The question of the risk of a beef or dairy herd in an area becoming infected with bovine tuberculosis (TB) is important to beef and dairy producers as well as government regulators. While those groups may view it differently, quantifying the risk by determining a risk level can be an important policy tool.
Therefore, the United States Department of Agriculture (USDA) developed a risk assessment model that assigns a risk value to counties for which data has been entered and compares that to a baseline county (located in another state). The risk assessment is then used, among other factors, to determine whether or not the TB status of a county may be changed, such as to upgrade a county from Modified Accredited Advanced (MAA) to TB-free status.
In Michigan, an upgrade of status is certainly on the minds of beef and dairy producers in the seven counties currently recognized with the MAA status: Antrim, Charlevoix, Cheboygan, Crawford, Emmet, Otsego and Presque Isle Counties. They want to be recognized as “TB-free”. However, the question of risk is also on the minds of these beef and dairy producers in the four Modified Accredited Zone counties: Alcona, Alpena, Montmorency and Oscoda. Indeed, their livelihood depends on the risk to their herds.
The likelihood of introduction of the disease into cattle herds in a county is calculated as the mean number of possible contacts between cattle herds and infected deer or purchased herd additions. The potential contacts, either direct or indirect, with infected deer is the basis for the Michigan Wildlife Risk Mitigation program.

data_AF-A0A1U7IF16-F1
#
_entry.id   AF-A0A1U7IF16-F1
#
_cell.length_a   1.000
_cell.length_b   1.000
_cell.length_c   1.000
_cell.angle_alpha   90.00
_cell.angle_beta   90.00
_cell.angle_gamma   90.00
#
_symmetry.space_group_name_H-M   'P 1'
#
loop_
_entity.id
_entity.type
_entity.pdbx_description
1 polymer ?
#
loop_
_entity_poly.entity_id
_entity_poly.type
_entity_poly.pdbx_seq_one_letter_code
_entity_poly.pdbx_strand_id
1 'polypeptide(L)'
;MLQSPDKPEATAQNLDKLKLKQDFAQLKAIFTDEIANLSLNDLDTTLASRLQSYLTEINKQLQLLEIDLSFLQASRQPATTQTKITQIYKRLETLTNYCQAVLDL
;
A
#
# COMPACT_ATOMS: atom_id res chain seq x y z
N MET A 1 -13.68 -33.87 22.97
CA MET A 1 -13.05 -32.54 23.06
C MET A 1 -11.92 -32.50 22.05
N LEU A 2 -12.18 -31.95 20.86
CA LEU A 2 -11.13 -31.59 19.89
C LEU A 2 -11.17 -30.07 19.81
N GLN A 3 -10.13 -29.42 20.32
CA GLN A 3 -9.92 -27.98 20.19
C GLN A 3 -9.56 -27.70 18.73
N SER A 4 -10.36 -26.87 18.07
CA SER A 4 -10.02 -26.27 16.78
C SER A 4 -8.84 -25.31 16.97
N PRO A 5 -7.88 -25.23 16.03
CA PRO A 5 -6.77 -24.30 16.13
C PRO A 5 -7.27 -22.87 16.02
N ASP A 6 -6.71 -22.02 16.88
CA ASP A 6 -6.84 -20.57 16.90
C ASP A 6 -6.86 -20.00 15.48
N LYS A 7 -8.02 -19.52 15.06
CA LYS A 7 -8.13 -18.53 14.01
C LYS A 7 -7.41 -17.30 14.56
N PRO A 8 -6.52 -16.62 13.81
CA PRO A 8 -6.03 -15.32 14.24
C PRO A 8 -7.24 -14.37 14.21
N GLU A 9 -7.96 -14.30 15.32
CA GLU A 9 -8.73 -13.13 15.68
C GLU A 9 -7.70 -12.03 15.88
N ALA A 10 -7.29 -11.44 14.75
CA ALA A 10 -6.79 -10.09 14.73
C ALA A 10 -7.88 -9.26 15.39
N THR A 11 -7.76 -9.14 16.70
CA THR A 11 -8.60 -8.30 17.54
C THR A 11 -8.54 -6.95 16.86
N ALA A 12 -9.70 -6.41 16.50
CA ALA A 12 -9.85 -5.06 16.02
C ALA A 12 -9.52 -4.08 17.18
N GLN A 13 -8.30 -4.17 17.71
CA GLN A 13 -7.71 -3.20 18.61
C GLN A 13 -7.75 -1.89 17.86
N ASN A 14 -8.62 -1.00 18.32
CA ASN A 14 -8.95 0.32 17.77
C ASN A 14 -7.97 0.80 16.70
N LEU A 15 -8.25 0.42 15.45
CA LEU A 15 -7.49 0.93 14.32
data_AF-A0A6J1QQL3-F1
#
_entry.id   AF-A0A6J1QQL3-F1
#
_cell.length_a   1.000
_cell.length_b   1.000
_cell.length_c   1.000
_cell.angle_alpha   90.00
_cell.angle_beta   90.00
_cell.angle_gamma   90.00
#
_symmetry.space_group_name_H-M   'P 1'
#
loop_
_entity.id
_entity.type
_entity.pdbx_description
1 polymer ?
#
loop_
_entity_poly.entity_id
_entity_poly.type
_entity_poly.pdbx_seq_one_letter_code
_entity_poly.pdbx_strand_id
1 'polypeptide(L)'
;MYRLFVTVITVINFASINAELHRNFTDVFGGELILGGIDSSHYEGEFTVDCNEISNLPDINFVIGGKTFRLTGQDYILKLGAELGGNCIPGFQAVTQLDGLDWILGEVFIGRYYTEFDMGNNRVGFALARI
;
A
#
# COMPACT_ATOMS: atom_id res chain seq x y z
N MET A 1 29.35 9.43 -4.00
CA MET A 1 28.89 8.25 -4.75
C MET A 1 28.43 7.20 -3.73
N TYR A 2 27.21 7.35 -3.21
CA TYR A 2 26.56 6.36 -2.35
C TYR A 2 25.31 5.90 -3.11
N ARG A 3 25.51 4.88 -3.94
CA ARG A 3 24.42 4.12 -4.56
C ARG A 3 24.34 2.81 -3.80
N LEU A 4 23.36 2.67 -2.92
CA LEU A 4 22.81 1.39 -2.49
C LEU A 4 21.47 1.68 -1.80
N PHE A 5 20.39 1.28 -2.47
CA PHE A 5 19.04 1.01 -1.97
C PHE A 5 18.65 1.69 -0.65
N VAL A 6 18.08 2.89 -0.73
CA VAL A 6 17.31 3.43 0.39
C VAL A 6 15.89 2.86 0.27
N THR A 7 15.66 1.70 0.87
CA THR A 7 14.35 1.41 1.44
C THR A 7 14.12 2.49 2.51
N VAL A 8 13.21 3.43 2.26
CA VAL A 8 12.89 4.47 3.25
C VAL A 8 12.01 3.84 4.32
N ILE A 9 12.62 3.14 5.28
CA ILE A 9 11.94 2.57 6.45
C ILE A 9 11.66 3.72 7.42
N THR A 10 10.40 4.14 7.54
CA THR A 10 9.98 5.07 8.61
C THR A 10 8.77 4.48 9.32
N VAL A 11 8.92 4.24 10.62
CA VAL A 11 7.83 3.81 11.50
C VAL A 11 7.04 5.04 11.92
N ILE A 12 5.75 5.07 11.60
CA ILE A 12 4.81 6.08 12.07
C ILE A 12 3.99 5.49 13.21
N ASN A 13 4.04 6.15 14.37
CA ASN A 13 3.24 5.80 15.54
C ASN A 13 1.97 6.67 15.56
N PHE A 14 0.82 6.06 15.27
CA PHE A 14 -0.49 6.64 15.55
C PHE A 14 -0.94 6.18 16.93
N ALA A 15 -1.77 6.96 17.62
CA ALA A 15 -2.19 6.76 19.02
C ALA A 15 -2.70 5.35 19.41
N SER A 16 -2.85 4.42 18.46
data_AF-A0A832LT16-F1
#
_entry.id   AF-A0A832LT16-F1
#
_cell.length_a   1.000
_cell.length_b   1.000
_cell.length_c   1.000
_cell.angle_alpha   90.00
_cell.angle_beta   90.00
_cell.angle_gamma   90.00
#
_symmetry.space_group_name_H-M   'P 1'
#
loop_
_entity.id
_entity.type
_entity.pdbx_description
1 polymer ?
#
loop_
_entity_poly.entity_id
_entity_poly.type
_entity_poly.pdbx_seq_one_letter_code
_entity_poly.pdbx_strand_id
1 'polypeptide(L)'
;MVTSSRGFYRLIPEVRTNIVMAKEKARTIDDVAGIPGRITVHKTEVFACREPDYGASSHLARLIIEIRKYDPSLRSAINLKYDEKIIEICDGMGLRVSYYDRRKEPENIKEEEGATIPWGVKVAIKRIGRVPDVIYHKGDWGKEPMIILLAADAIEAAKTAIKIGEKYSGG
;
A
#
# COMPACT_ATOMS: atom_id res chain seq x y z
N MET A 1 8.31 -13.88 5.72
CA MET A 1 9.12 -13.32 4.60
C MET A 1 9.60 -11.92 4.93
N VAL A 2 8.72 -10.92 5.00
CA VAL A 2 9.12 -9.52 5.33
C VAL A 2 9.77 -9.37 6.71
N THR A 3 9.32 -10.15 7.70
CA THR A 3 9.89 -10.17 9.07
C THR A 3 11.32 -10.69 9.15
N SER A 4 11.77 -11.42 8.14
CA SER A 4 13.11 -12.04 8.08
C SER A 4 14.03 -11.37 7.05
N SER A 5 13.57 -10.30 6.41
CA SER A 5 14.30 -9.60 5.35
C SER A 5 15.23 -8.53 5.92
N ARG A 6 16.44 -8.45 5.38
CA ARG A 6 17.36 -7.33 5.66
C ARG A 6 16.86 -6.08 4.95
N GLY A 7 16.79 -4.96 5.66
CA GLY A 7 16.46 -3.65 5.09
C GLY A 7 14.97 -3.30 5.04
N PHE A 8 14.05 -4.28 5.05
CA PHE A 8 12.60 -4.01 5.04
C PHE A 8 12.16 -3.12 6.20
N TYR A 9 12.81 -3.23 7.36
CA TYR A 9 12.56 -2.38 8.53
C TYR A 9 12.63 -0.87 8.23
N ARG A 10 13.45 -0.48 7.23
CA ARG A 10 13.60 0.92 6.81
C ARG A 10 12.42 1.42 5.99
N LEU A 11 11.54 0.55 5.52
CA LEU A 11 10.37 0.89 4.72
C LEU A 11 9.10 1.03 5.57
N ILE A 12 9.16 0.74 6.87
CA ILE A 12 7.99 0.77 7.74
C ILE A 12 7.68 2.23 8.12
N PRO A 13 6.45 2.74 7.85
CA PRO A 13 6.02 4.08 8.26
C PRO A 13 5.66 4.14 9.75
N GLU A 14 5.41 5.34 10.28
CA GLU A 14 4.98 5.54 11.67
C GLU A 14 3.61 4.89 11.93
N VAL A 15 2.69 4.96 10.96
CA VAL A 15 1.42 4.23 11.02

The Wildlife Risk Mitigation program breaks down the potential contacts by likely means of contact including feed storage, feeding location and management and water source. The purpose of this tool is to identify risks that can be reduced by a producer by decreasing the likelihood that deer, whether infected or not, will have access to feed and water used by cattle.
Once a producer knows the areas of his or her operation that are high risk, then he or she should develop a mitigation plan to reduce the risk by changing the accessibility of the feed or water to deer. That may involve fencing or enclosure, it may involve development of artificial water sources or management changes to reduce risk. The Michigan Department of Agriculture and Rural Development (MDARD) inspects changes made to mitigate, or reduce, risk and verifies a farm as risk mitigated.
As the USDA calculated the risk of farms in counties, one of the factors it used in the calculation is the percentage of cattle herds that are verified as wildlife risk mitigated. The USDA considers all the herds in a county to be at higher risk when the percentage of verified herds is lower. Therefore, all the producers in a county are impacted by the regulations that will apply to that county even though they may personally be verified as wildlife risk mitigated.